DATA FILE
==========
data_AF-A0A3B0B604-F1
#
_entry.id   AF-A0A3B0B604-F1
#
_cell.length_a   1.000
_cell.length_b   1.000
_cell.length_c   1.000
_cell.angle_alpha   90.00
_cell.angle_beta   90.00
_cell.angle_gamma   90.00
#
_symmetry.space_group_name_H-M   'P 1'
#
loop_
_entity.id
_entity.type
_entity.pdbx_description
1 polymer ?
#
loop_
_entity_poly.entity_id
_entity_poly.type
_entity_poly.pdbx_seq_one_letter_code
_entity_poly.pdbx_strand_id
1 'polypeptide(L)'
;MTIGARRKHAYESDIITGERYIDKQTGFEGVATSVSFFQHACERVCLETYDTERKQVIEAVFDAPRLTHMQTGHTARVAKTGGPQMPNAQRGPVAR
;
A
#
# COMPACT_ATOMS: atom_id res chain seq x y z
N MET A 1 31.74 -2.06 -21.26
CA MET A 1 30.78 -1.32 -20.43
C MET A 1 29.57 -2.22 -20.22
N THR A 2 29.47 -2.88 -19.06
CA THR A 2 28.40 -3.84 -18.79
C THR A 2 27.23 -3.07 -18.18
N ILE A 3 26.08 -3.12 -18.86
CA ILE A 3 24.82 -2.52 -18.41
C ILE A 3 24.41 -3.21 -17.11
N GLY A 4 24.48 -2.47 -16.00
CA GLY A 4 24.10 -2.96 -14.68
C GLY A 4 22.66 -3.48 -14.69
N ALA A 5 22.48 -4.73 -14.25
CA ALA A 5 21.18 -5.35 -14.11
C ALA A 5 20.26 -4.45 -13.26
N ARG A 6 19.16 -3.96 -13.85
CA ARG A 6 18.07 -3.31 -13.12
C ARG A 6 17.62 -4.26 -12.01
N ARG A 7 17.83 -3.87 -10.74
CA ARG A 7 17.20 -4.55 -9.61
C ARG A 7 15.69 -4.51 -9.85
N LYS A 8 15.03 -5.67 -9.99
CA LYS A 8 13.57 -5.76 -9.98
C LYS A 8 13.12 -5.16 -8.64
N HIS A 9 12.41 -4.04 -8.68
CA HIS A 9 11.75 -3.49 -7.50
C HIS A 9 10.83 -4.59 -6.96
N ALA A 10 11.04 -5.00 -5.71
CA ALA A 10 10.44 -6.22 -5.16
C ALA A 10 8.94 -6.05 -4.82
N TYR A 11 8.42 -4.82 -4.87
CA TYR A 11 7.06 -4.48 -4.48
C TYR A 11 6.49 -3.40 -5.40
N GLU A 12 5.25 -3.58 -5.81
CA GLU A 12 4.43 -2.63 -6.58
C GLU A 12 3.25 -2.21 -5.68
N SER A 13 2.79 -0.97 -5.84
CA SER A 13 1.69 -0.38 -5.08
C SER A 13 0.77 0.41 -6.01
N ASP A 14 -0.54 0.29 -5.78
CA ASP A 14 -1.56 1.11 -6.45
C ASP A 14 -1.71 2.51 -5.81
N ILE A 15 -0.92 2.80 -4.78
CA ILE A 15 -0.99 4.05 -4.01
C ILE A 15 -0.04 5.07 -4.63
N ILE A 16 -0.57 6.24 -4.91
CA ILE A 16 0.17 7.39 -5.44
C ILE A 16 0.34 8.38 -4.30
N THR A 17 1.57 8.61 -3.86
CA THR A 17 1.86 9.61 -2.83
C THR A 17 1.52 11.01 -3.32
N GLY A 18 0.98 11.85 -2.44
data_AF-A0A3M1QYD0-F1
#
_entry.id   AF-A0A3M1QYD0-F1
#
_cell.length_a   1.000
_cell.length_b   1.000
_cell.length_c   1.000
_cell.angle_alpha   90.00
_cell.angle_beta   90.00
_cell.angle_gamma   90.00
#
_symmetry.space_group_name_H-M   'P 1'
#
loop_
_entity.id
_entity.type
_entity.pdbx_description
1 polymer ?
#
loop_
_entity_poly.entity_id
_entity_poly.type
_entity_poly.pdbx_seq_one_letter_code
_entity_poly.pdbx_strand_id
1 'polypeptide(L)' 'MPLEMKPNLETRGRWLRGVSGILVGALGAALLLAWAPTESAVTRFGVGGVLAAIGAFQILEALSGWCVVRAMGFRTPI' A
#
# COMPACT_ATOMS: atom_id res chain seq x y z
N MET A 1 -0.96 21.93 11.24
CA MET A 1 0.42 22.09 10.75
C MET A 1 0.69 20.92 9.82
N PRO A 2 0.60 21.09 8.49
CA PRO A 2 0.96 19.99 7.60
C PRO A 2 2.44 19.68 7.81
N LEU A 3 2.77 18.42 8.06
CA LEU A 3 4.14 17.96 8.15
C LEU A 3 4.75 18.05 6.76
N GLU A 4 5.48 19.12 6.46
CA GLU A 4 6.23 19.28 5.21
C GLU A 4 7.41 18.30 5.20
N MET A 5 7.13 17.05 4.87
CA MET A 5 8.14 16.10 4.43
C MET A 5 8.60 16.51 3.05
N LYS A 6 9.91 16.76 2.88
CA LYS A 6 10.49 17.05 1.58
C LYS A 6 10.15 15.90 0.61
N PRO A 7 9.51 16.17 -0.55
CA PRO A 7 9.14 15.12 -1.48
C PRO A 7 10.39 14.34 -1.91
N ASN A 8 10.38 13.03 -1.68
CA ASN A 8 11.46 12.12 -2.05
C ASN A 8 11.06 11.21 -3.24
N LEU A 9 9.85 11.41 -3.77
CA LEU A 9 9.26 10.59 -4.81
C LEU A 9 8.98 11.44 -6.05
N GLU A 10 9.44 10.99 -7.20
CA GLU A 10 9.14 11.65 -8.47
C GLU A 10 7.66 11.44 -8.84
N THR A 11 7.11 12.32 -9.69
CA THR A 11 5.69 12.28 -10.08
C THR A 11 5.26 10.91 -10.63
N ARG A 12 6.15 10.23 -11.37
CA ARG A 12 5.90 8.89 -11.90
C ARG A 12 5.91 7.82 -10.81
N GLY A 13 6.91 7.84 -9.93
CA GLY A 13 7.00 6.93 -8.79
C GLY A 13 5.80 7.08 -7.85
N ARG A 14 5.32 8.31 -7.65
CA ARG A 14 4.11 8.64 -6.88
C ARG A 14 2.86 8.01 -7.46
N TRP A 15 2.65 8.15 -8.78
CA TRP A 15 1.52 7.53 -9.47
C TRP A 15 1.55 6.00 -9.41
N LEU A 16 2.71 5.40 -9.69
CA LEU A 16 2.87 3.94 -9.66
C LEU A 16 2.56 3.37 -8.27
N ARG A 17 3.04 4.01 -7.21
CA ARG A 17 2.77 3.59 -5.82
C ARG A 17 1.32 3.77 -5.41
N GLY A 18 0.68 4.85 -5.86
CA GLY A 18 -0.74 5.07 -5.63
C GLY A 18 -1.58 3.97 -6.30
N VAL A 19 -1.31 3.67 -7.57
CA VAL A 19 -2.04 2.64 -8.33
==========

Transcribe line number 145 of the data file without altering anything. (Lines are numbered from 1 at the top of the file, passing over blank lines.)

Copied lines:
C ARG A 12 5.91 7.82 -10.81